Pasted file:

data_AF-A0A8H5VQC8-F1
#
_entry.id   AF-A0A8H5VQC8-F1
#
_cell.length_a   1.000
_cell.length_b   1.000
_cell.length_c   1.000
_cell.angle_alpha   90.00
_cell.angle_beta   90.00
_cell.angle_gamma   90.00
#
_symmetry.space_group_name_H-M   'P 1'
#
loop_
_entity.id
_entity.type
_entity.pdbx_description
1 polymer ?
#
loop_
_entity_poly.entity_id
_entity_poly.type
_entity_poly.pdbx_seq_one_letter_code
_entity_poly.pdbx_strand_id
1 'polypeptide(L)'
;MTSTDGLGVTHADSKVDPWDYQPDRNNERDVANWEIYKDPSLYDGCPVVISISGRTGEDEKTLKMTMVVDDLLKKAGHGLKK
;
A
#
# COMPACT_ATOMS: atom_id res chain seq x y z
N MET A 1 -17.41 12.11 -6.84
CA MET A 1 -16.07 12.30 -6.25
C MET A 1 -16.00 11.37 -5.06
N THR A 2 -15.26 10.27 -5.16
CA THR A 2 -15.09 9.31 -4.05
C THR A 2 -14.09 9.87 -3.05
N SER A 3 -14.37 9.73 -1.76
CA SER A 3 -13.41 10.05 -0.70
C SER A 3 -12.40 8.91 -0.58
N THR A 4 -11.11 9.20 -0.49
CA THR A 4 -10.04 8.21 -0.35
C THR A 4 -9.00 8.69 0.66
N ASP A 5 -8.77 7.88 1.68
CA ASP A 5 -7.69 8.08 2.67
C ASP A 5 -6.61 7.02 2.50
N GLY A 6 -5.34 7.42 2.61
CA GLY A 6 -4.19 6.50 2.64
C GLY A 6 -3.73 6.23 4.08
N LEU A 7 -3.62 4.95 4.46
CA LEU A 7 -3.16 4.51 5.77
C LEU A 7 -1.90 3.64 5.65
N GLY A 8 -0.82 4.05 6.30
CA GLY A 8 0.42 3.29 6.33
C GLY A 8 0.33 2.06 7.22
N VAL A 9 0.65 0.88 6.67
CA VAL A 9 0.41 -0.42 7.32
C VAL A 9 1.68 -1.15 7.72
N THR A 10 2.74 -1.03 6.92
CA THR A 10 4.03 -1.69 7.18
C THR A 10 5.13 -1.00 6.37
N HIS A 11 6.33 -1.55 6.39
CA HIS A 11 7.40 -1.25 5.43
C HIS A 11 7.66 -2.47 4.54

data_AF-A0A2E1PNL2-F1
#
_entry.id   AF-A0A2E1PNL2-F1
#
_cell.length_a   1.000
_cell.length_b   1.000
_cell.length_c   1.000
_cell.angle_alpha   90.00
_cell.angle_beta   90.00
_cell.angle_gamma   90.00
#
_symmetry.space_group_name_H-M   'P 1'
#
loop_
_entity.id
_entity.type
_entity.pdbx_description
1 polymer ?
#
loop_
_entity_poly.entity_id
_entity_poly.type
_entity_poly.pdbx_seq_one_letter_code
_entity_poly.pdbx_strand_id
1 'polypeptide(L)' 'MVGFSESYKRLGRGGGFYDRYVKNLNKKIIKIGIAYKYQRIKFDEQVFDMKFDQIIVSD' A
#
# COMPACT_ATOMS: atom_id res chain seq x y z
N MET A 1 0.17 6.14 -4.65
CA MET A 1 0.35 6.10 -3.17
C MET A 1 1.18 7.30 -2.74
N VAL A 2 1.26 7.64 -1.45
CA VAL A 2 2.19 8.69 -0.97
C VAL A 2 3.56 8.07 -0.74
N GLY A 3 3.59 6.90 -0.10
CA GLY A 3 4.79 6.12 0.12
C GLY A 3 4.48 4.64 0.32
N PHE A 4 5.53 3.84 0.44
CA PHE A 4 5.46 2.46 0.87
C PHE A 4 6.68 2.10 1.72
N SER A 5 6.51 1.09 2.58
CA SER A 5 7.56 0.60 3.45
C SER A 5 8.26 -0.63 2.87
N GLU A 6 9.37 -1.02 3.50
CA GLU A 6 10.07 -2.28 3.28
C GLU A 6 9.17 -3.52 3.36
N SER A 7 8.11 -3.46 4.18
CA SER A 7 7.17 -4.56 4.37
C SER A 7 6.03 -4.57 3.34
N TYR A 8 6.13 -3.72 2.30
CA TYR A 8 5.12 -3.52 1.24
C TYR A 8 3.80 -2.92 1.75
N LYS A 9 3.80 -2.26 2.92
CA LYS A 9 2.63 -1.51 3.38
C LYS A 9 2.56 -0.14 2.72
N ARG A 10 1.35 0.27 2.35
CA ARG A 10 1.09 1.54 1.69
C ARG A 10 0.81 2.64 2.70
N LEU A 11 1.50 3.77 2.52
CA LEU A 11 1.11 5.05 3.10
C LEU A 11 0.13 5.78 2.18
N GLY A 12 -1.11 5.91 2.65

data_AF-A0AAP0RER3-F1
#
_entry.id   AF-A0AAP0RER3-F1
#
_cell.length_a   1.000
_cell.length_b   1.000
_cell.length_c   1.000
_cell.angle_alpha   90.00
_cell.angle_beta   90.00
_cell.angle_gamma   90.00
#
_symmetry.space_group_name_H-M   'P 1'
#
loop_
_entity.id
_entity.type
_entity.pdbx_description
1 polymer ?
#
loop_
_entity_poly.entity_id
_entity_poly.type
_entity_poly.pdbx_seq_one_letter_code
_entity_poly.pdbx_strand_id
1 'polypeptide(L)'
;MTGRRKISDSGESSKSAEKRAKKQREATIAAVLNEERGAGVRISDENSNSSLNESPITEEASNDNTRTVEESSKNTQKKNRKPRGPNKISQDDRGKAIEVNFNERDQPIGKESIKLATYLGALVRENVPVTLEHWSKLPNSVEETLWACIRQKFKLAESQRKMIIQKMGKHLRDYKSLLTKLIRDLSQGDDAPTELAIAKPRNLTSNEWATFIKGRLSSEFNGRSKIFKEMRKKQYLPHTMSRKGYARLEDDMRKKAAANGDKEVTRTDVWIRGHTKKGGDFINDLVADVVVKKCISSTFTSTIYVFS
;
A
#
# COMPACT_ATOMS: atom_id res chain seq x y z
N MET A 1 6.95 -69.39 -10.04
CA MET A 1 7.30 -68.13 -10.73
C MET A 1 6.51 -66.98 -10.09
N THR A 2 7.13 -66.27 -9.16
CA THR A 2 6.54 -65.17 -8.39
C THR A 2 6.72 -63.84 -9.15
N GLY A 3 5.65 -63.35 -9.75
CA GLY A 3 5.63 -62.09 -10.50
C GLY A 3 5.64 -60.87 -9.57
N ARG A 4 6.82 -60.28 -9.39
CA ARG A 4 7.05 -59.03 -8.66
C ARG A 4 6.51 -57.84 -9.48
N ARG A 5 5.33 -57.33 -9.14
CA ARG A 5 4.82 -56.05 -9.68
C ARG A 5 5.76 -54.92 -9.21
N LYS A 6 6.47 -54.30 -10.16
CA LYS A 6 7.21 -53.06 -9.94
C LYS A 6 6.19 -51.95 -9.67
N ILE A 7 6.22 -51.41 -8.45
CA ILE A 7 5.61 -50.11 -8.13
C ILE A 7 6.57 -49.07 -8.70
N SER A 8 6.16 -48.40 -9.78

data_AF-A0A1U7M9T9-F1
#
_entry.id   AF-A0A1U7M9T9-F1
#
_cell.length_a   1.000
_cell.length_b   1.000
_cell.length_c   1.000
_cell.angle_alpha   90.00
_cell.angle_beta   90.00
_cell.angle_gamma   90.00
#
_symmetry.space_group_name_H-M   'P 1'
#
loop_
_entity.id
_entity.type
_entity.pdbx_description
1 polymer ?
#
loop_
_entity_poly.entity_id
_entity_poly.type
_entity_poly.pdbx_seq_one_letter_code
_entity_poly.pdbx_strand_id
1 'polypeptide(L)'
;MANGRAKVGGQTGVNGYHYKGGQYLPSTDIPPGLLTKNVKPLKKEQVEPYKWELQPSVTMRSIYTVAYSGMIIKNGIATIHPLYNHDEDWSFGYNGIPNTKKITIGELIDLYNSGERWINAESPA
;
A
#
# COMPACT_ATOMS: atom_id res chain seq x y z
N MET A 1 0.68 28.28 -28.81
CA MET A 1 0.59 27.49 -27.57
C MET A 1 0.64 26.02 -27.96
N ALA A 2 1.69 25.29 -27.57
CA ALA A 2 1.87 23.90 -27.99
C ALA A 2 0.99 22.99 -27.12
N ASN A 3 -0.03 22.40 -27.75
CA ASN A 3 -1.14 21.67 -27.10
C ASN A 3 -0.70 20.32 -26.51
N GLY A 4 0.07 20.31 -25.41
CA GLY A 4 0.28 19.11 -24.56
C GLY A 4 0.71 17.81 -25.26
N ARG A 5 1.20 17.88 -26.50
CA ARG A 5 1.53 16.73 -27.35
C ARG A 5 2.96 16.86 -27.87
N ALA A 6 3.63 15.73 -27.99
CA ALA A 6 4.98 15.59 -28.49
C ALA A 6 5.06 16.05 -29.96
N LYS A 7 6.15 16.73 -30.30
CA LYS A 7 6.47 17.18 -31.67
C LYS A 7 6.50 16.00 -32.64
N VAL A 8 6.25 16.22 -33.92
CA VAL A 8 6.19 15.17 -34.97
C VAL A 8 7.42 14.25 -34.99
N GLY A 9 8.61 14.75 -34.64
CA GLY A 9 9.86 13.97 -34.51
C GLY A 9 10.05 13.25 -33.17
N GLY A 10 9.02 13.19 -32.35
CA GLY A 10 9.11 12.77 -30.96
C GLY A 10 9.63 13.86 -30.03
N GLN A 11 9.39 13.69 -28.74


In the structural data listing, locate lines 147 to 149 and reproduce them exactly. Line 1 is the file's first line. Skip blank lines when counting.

_entity_poly.pdbx_seq_one_letter_code
_entity_poly.pdbx_strand_id
1 'polypeptide(L)'